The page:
Concepts From Future Past: 1963 Chevrolet Corvair Testudo

The Chevrolet Testudo is a concept car built by Bertone on a modified Chevrolet Corvair Monza platform. The name comes from the Latin word for “Turtle”. The car debuted at the 1963 Geneva Motor Show.

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The car’s design was done by Giorgetto Giugiaro, who was then at Bertone. He said that his goal was to create a shape that merged the two typical views of a car; the plan view and the side elevation. He wanted a shape that was a smooth visual blending of the two. Work on the car was completed in two months.

The Testudo influenced later Bertone designs like the Lamborghini Miura, Alfa Romeo Montreal, and Fiat 850 Spider. The Ferrari Daytona of 1968 is said to reference the style of the Testudo. Designer Dick Teague drew inspiration from the Testudo when shaping the 1975 AMC Pacer. Designer Anatole “Tony” Lapine also said that the Testudo influenced his work on the Porsche 928 for 1977.

Powering the Testudo was the rear-mounted Chevrolet Turbo-Air 6 engine that came with the Corvair. This was an air-cooled six-cylinder horizontally-opposed boxer engine with a single camshaft in the block and overhead valves with two valves per cylinder. The cylinder block and heads were aluminum, but the cylinder barrels were iron.

Giugiaro says it was the first car he was ever given a free hand to design. He asked to have the car when he departed Bertone, but his request was turned down.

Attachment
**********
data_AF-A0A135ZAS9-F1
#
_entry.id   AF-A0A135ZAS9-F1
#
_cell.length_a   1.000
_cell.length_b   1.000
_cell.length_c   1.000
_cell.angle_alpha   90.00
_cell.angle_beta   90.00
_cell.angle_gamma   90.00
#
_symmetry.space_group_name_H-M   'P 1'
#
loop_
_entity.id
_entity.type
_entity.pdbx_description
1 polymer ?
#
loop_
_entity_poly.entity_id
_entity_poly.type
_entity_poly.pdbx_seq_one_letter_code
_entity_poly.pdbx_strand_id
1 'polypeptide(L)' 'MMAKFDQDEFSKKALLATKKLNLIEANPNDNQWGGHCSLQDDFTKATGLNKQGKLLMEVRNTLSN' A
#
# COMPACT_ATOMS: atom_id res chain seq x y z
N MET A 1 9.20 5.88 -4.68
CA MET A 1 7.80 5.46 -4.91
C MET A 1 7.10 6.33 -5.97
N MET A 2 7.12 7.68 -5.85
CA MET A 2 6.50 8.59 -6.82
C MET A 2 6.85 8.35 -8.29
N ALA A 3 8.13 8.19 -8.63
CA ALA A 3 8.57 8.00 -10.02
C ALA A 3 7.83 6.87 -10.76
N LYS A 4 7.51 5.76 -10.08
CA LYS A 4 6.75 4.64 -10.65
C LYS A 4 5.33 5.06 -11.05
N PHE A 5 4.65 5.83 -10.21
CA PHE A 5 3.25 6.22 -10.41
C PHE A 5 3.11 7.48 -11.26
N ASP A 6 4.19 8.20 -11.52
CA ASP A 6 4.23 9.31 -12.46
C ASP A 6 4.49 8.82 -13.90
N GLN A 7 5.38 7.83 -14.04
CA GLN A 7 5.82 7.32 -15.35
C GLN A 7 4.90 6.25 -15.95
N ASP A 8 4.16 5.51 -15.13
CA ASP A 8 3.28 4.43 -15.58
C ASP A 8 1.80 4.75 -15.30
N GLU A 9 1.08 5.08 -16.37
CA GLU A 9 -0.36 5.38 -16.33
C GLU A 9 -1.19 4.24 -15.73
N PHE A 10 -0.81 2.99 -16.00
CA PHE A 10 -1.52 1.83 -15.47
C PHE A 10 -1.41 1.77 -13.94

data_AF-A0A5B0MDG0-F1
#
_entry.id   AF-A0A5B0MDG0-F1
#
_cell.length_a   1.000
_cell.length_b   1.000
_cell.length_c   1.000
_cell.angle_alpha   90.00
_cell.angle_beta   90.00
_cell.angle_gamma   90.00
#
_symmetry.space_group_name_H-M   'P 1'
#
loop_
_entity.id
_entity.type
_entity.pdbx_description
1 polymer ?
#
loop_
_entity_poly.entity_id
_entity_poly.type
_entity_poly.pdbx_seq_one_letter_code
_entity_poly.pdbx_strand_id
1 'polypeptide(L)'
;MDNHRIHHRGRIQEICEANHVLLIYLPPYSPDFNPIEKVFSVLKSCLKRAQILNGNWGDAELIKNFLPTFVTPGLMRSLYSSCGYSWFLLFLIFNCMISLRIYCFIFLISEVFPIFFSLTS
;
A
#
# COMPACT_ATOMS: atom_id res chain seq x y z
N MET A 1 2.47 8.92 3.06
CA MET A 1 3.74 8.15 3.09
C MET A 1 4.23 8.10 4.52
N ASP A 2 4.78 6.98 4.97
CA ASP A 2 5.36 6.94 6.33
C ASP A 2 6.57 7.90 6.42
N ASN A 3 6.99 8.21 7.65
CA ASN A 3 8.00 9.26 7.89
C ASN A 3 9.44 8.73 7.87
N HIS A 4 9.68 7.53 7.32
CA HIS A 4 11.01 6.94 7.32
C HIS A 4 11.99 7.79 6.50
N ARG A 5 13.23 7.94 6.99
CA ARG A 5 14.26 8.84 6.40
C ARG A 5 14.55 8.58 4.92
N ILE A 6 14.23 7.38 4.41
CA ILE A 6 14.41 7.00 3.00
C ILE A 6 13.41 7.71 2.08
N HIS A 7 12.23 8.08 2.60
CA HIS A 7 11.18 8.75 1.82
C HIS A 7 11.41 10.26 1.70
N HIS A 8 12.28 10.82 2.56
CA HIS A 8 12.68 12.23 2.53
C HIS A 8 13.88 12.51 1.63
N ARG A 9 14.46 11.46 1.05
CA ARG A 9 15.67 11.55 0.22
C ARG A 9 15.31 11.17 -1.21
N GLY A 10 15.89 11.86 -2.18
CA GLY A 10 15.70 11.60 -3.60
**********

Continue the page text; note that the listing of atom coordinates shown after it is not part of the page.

The car’s shape was that of a long-nosed berlinetta. The bodywork was executed in 0.031 in (0.8 mm) thick steel, with the hood and some other panels of aluminum. Originally painted a metallic silver, it was later changed to pearlescent white. A prominent horizontal body line midway up the side of the car visually divided the body into an upper and lower half. This was evocative of a turtle’s shell, and was reflected in the car’s name as well as in the turtle emblem on the rear deck.

The interior of the car was accessed through a single, front-hinged canopy with a windscreen of safety glass. The wrap-around canopy did not include A-pillars. The top of the canopy was capped by a roof panel of tinted Plexiglas, and behind that was a large hinged hatch, also with a large curved tinted Plexiglas panel, over the storage compartment. Air intakes for the engine compartment were located on the sides just behind the canopy in what would normally be the leading edges of the B-pillar, a feature that would also be used later on the Miura.

The taillights were made of polycarbonate – the first such application of the material. The lights were integrated into the rear bumper’s shape so as to not disrupt the rear body lines. The exposed headlamps rotated up and forward to a vertical position when needed and then folded back flush with the bodywork when not in use, another feature that would appear on the Miura.

The interior of the car held two seats. Ahead of the driver was a rectangular steering wheel with rounded corners.




















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